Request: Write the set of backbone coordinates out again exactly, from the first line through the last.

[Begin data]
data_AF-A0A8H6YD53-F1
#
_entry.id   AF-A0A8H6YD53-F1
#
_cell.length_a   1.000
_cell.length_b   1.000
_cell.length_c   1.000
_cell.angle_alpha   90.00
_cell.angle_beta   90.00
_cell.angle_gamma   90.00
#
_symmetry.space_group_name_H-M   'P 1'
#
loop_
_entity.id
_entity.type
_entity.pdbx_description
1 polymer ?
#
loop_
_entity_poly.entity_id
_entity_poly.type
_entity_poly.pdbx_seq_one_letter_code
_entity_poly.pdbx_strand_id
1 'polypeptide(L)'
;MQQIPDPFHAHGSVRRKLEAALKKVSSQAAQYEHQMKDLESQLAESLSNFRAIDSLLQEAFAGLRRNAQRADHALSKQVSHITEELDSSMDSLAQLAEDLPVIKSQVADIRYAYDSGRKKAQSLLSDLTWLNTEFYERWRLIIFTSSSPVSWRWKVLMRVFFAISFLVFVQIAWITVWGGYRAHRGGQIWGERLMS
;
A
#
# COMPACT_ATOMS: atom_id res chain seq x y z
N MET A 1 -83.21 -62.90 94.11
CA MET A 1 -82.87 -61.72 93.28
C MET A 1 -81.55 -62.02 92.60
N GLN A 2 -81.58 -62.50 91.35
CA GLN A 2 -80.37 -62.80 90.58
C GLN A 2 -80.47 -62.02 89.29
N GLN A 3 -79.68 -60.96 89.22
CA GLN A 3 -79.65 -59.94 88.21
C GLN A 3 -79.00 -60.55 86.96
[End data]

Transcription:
data_AF-A0A8H6YD53-F1
#
_entry.id   AF-A0A8H6YD53-F1
#
_cell.length_a   1.000
_cell.length_b   1.000
_cell.length_c   1.000
_cell.angle_alpha   90.00
_cell.angle_beta   90.00
_cell.angle_gamma   90.00
#
_symmetry.space_group_name_H-M   'P 1'
#
loop_
_entity.id
_entity.type
_entity.pdbx_description
1 polymer ?
#
loop_
_entity_poly.entity_id
_entity_poly.type
_entity_poly.pdbx_seq_one_letter_code
_entity_poly.pdbx_strand_id
1 'polypeptide(L)'
;MQQIPDPFHAHGSVRRKLEAALKKVSSQAAQYEHQMKDLESQLAESLSNFRAIDSLLQEAFAGLRRNAQRADHALSKQVSHITEELDSSMDSLAQLAEDLPVIKSQVADIRYAYDSGRKKAQSLLSDLTWLNTEFYERWRLIIFTSSSPVSWRWKVLMRVFFAISFLVFVQIAWITVWGGYRAHRGGQIWGERLMS
;
A
#
# COMPACT_ATOMS: atom_id res chain seq x y z
N MET A 1 -83.21 -62.90 94.11
CA MET A 1 -82.87 -61.72 93.28
C MET A 1 -81.55 -62.02 92.60
N GLN A 2 -81.58 -62.50 91.35
CA GLN A 2 -80.37 -62.80 90.58
C GLN A 2 -80.47 -62.02 89.29
N GLN A 3 -79.68 -60.96 89.22
CA GLN A 3 -79.65 -59.94 88.21
C GLN A 3 -79.00 -60.55 86.96